An Iterative Linear Expansion of Thresholds for l1-based Image Restoration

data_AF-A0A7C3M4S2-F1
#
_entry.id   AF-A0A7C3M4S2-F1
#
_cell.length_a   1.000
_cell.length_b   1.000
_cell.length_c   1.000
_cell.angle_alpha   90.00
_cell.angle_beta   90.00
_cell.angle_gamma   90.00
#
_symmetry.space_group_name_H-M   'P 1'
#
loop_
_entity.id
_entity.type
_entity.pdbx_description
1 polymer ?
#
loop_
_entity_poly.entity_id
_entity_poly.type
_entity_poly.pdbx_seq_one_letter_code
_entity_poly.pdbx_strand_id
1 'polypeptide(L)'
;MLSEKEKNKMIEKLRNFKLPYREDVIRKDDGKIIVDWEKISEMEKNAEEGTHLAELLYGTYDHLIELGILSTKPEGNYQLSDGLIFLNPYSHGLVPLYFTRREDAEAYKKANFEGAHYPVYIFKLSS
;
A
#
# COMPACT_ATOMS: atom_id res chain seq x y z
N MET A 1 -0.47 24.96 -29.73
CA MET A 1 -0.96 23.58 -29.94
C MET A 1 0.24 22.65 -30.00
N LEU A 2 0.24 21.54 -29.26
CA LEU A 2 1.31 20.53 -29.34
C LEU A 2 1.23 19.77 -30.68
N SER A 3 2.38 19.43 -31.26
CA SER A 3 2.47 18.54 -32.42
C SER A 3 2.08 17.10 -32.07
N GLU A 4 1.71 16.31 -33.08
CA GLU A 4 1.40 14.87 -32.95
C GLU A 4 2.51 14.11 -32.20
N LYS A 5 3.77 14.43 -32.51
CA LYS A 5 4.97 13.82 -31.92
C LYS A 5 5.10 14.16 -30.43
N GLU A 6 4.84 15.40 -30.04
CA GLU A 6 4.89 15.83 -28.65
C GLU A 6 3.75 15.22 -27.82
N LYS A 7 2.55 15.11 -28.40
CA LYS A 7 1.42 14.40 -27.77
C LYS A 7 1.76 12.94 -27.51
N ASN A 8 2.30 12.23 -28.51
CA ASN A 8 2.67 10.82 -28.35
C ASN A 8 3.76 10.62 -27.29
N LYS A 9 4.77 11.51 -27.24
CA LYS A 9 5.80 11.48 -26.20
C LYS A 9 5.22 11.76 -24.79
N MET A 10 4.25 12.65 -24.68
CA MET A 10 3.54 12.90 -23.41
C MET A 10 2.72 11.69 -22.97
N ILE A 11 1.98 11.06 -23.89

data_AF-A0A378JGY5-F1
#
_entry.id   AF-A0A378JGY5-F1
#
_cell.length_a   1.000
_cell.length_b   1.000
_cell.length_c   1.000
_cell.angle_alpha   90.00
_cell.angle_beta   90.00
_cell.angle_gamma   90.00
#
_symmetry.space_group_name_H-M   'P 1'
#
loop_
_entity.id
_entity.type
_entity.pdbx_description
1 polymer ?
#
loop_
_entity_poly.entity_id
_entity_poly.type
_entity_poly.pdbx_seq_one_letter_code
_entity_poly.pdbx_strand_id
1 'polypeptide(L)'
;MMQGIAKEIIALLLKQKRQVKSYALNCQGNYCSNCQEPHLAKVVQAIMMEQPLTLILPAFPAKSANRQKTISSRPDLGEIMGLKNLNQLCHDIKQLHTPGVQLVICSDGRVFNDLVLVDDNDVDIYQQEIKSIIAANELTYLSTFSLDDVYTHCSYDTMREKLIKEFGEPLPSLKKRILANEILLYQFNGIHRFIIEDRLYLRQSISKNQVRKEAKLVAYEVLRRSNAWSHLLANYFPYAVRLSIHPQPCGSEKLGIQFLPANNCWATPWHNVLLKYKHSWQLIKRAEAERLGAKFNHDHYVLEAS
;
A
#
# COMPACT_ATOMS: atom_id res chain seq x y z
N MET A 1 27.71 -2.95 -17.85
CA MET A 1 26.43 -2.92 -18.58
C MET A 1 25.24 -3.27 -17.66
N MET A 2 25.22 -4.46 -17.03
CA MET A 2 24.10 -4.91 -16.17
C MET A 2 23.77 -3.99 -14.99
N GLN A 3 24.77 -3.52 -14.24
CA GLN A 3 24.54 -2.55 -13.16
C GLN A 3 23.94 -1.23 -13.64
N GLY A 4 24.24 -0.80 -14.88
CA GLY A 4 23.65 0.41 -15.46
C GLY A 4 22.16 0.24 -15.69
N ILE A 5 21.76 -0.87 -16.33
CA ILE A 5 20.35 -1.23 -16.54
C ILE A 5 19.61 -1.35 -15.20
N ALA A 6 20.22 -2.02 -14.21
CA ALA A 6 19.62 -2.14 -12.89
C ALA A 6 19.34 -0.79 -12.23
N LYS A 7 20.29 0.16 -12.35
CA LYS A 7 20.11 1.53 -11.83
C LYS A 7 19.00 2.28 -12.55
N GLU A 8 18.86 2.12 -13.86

This paper proposes a novel algorithmic framework to solve image restoration problems under sparsity assumptions. As usual, the reconstructed image is the minimum of an objective functional that consists of a data fidelity term and an l1 regularization. However, instead of estimating the reconstructed image that minimizes the objective functional directly, we focus on the restoration process that maps the degraded measurements to the reconstruction. Our idea amounts to parameterizing the process as a linear combination of few elementary thresholding functions (LET) and solve for the linear weighting coefficients by minimizing the objective functional. It is then possible to update the thresholding functions and to iterate this process (i-LET). The key advantage of such a linear parametrization is that the problem size reduces dramatically—each time we only need to solve an optimization problem over the dimension of the linear coefficients (typically less than 10) instead of the whole image dimension. With the elementary thresholding functions satisfying certain constraints, global convergence of the iterated LET algorithm is guaranteed. Experiments on several test images over a wide range of noise levels and different types of convolution kernels clearly indicate that the proposed framework usually outperform state-of-the-art algorithms in terms of both CPU time and number of iterations.